Again we see God instructing the Israelites to kill all the inhabitants of a certain area and also to kill their king. The punishment for disobeying is death. I ask again. Does God want Jews and Israel to be stronger in war and in peace by utterly destroying the enemies of the Jewish people? Do Jews need a cultural change, emphasizing the virtue of strength? Is this a lesson to be learned?

After King Saul, King David, the paragon of virtue despite his faults, continually fought wth the Philestines.  He was rewarded for his belief in God and his fighting ability.

From a long term perspective the price of weakness and internal conflict was the defeat and exile by the Assyrians, the Babylonians and then the Romans. That price included 2000 years of exile from the land of Israel. Surely biblical or Jewish history at this point tells us that God wants the Israelites and the Jews to be strong and to be feared, as well as to obey God’s other rules of social behaviour.

The modern day icon for ‘Jewish masculinity’ is embodied in the singularly named, multi-time champion pro wrestler … GOLDBERG. (Images: WWE Network)

Despite biblical tales extolling Jewish success in war, it seems that every Jewish parent wants their daughter to marry a scholar, not a handsome football player. Jews for centuries have emphasized the worth of Torah knowledge, and study – of education and scholarship – not sports or military achievement. The result is that we have not bred, as a society, a people who are strong, tough and aggressive. It has not been our priority.

I am suggesting we change that – not to give up our great Jewish values or regard for learning, but to realize that personal and group physical strength – the ability to defend oneself from personal or group antisemitism etc. is also important and should be incorporated into our national consciousness.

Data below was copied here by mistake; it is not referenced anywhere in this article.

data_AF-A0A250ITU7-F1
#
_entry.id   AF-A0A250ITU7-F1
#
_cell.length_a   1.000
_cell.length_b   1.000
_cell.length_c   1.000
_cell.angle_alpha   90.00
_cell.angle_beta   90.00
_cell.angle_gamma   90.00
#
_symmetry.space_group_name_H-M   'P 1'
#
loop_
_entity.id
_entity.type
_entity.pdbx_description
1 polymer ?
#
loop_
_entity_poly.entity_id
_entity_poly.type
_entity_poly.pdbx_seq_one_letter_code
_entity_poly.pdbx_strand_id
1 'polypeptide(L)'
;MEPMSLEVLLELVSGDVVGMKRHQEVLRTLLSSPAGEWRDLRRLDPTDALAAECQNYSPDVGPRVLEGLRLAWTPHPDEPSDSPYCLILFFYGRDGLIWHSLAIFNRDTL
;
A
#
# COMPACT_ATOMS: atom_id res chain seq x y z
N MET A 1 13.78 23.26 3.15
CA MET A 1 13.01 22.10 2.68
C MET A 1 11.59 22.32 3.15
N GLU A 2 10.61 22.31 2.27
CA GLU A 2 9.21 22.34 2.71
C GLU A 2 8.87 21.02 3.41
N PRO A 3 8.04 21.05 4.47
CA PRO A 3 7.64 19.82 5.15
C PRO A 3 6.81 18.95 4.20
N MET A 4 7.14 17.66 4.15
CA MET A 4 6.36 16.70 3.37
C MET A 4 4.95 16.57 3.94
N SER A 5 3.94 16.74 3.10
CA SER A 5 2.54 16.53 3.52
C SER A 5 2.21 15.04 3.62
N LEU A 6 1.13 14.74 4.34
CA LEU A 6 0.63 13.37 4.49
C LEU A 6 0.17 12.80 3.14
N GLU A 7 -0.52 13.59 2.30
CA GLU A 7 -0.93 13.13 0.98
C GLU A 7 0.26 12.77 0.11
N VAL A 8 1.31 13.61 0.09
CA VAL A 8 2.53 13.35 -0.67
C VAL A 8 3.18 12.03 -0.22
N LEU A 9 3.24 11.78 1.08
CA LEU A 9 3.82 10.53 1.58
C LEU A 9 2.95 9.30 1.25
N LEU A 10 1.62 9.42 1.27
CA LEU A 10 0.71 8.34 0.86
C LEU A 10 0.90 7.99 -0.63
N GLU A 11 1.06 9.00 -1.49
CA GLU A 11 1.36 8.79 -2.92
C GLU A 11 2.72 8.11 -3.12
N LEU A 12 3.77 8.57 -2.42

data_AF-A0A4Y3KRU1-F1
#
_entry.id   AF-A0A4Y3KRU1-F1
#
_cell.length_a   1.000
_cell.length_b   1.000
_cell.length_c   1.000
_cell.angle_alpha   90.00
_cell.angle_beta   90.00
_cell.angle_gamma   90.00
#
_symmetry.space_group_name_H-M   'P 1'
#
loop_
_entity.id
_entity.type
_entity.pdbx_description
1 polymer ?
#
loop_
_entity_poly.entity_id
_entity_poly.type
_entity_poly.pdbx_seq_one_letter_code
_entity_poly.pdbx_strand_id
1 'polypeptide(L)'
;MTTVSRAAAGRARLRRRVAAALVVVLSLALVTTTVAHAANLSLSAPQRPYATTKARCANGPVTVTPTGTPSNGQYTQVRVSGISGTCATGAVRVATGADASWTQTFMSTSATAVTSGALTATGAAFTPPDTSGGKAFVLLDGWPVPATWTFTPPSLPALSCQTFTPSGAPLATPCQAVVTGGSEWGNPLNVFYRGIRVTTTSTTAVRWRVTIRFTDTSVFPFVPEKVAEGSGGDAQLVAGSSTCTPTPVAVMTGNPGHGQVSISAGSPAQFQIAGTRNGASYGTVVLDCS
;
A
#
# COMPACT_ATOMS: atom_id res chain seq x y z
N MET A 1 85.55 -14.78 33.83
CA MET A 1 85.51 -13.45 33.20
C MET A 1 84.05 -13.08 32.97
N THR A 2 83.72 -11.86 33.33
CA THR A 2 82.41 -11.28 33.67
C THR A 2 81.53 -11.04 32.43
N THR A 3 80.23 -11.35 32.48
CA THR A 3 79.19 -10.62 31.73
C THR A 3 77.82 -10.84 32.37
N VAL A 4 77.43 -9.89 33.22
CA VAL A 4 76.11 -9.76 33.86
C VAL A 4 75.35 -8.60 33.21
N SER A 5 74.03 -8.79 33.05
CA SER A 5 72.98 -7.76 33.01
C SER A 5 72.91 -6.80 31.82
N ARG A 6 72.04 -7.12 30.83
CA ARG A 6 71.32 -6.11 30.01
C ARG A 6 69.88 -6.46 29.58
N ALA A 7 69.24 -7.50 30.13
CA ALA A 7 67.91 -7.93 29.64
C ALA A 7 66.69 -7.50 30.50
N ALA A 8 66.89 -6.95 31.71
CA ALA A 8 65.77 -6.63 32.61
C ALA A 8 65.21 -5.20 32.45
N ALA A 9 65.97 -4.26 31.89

Surely it is time for Israelis and those in the diaspora to develop and show their strength so that the continuous periodic anti-Semitic events do not happen again and “Never Again” applies not only to the Holocaust but to personal and group anti-Semitism. 

Again, I am not suggesting that Jews give up their virtues or biblical commandments. I am suggesting however that more emphasis on personal physical strengthen and conditioning and group strength and willingness to fight battles that need to be won, will be beneficial to the Jewish community. I am suggesting a culture change, based on Biblical stories, would benefit the entire Jewish community

When kindness and respect for human life is considered by your enemies to be weakness, then it is necessary and obligatory to show strength and physical dominance. 

Jonathan Usher was born in Montreal. He graduated from Queen’s Law School in 1963 and moved to Toronto where he has lived since. In the past 20 years of retirement he has become a very prolific and published letter-to-the-editor writer and conservative, social iconoclast.

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Thank you for choosing TheJ.Ca as your source for Canadian Jewish News.

We do news differently!

Our positioning as a Zionist News Media platform sets us apart from the rest. While other Canadian Jewish media are advocating increasingly biased progressive political and social agendas, TheJ.Ca is providing more and more readers with a welcome alternative and an ideological home.

We revealed the incursion of anti-Israel progressive elements such as IfNotNow into our communities. We have exposed the distorted hateful agenda of the “progressive” left political radicals who brought Linda Sarsour to our cities, and we were first to report on many disturbing incidents of Nazi-based hate towards Jews across Canada.

But we can’t do it alone. We need your HELP!

Our ability to thrive and grow in 2020 and beyond depends on the generosity of committed readers and supporters like you.

Monthly support is a great way to help us sustain our operations. We greatly appreciate any contributions you can make to support Jewish Journalism.